“God is near to all who call unto Him.” Psalms 145:18

In the beginning of this week’s Torah portion we learn of one of the most defining and difficult moments in Jewish history, the Sin of the Golden Calf. The verses state, “When the people saw that Moses was late in coming down from the mountain, the people gathered against Aaron, and they said to him: “Come! Make us gods that will go before us, because this man Moses, who brought us up from the land of Egypt we don’t know what has become of him.”(Exodus 32:1) The question arises: what exactly was the nature of the sin of the Jewish people in this story? What were they hoping to accomplish? The answer, and its lesson for our times, is most intriguing and inspiring.

Many commentators are of the opinion that the sin should be understood along the simple explanation of the text, i.e. that the masses actually wanted to build an idol and worship it in place of God. However, there are other Biblical commentators who counter that argument and instead posit that it seems illogical that a nation who witnessed the miraculous Exodus from Egypt and the splitting of the Red Sea should immediately after receiving the Ten Commandments make a Golden Calf and proclaim it to be their God. Surely they were a nation of greater faith than is accredited to them.

In this vein, Rabbi Abraham Ben Meir Ibn Ezra, in his work the “Ibn Ezra,” offers a fascinating insight to the biblical text which also sheds light on the ideal of how a Jew should view his inner potential and his ability to connect to God. The Ibn Ezra is of the opinion that the Jewish people had no intention of making an idol in order to proclaim it as their God. Rather, since Moses delayed in descending from the mountain the people thought that he had died, and they were therefore asking to make an idol to lead them in his place. The Golden Calf would act as their conduit and representative through which they could achieve closeness to God. And though this entire episode would seem to stem from a place of good intentions, the people still violated the precepts “You shall have no other gods besides Me.” (Exodus 20:3) and “Do not make gods out of metal, for yourselves.”(Leviticus 19:4) From this explanation we see that the Golden Calf was not borne of a desire to serve a different God, but out of an insecurity in their ability to serve Him directly.

Rabbi J.B. Soloveitchik, one of the preeminent Jewish thinkers of the 20th Century, offers an insightful explanation as to the deeper reason why the Jewish people felt compelled to construct a Golden Calf in the place of Moses. Writes Rav Soloveitchik, “They felt that they themselves did not have access to the Almighty. Only somebody of great charisma and ability could have access to him. The people sinned because they were perplexed. Moses has been gone for a long time… They did not understand that, while Moses was the greatest of all prophets and the greatest of all men, every Jew has access to God… Sometimes it is a sense of one’s greatness that causes sin; sometimes it is a sense of one’s smallness.” (Vision and Leadership pg 131). The Jewish people did not want to usurp the rule of God by creating an idol, in fact, it was exactly the opposite; it was in their desire to come close to God that they created the Golden Calf. But along the way, the people misunderstood the role which Moses served in their relationship with God, and they mistakenly thought that only he could approach God on their behalf – in their mind, they could not do it alone.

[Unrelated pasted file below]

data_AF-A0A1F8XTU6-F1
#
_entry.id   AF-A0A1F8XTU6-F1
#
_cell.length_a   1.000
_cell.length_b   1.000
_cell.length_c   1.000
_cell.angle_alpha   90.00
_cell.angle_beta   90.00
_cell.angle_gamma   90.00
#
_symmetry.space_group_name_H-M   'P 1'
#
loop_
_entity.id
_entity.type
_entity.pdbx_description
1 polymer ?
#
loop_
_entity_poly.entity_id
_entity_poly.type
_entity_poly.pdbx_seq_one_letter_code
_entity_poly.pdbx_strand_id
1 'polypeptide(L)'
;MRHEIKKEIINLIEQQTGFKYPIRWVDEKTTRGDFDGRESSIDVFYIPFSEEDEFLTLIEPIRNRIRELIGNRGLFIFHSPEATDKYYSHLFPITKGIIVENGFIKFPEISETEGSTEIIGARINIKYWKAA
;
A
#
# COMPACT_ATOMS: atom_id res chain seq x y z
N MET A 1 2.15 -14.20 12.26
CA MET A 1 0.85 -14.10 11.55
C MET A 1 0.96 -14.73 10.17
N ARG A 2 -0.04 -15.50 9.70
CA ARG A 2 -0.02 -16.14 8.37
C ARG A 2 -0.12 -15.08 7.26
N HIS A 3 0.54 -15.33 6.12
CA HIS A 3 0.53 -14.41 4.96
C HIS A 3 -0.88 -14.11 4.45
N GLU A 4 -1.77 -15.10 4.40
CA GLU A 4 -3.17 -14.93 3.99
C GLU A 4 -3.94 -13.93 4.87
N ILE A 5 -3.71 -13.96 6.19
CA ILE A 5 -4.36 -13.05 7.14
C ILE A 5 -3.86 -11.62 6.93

But nothing could be further from the truth. At the end of Deuteronomy, The Torah relates to us the proper approach that a Jew should have when viewing his ability to draw close to God. The verses write, “For this commandment that I command you today, it is not hidden from you… it is not in Heaven… nor is it over the sea… for it is very near to you, in your mouth and your heart to do it.” (Deuteronomy 30:11-14). The chapters continue, “The Torah that Moses commanded us is a legacy for the congregation of Jacob.” (Deuteronomy 33:4) The acquisition of knowledge is not for the privileged few but rather it is the inheritance and belongs to the entire Jewish People. Maimonides, in his Laws of Torah Study, writes that the first thing a father should teach their child is the above verse from Deuteronomy. In this way, a father instills from the very beginning the idea that every Jew, no matter their stature in society, has the same ability to draw close to the Divine. Rabbi Jonathan Sacks, the former Chief Rabbi of England, puts it eloquently, “Every Jew is an equal citizen of the republic of faith because every Jew has access to its constitutional document, the Torah…”(Radical Then, Radical Now; pg.129) From the king to the common man, throughout the generations every Jew has the capability to cultivate a deeper relationship with God.